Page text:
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Commissioner of Education challenges state to look at licensing process

Posted: Nov 15, 2017
Categories: KSDE
Author: Ann Bush

TOPEKA — Kansas Commissioner of Education Dr. Randy Watson on Tuesday recommended that the Kansas State Board of Education take a closer look at the current teacher licensing process to make the teaching field more accessible to professionals in order to address teacher vacancies.

The commissioner in 2016 formed a Blue Ribbon Task Force to study Kansas’ teacher vacancies and shortage.

The Task Force concluded that 99 percent of positions are filled, but there are persistent vacancy clusters across the state, including southwest Kansas and urban Kansas City, Kansas, and Wichita school districts. It also concluded that there is currently a decline in the number of students majoring in education.

After hearing a report from the task force, the State Board of Education approved the creation of a Teacher Vacancy and Supply Committee to serve as a standing subcommittee of the Professional Standards Board. The committee is charged with leading the implementation of approved task force recommendations, studying the effectiveness of those recommendations and monitoring the annual collection of teacher data.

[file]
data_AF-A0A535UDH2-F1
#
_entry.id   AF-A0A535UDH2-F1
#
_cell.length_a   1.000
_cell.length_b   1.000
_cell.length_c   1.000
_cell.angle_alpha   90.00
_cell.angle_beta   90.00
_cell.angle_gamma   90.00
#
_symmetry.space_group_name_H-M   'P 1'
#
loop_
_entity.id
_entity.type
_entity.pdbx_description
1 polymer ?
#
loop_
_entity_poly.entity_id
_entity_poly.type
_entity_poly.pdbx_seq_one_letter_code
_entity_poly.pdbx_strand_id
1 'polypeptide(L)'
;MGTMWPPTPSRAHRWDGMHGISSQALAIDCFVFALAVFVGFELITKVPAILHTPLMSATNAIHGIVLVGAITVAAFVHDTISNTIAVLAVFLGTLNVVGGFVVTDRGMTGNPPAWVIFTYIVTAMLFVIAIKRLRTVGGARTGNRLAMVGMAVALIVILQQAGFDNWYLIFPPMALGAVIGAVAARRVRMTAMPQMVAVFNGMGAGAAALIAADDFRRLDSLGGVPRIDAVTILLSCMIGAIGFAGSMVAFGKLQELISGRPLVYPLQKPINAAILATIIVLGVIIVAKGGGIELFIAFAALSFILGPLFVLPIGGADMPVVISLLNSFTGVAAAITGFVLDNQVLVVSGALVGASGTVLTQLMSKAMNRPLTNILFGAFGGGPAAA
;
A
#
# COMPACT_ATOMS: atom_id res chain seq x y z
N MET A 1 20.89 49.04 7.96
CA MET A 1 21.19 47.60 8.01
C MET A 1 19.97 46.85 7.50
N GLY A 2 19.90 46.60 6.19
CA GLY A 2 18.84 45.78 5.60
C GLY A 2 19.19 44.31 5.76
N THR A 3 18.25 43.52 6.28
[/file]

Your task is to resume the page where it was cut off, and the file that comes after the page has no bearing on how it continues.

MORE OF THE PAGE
During Tuesday’s State Board of Education meeting, Watson recommended that the Professional Standards Board and the Teacher Vacancy and Supply Committee work together to establish a process that would provide a more flexible system for licensing professionals to fill teaching vacancies. For example, teacher applicants who have been denied direct licensure may be able to present evidence to the Professional Standards Board to support their qualifications for licensure.

The Standards Board, comprised of teachers, administrators and representatives from institutes of higher learning, could then make a recommendation about licensing to the State Board of Education. These licenses would be issued on a limited basis, Watson said. Mentoring and ongoing education would be key components of Watson’s recommendation.

“This is not about lowering the standards,” Watson said. “This is about looking at the needs of the districts and the students they serve to attract the best professional for the classroom. We can’t wait for someone else to grow the teaching profession. We have schools that can’t offer classes simply because they have no qualified applicants. This is unacceptable.”

Watson recommended that the State Board of Education work with the Professional Standards Board and the Teacher Vacancy and Supply Committee to design what the process would look like.

“Who better than a professional board of their peers to make these decisions,” Watson said.

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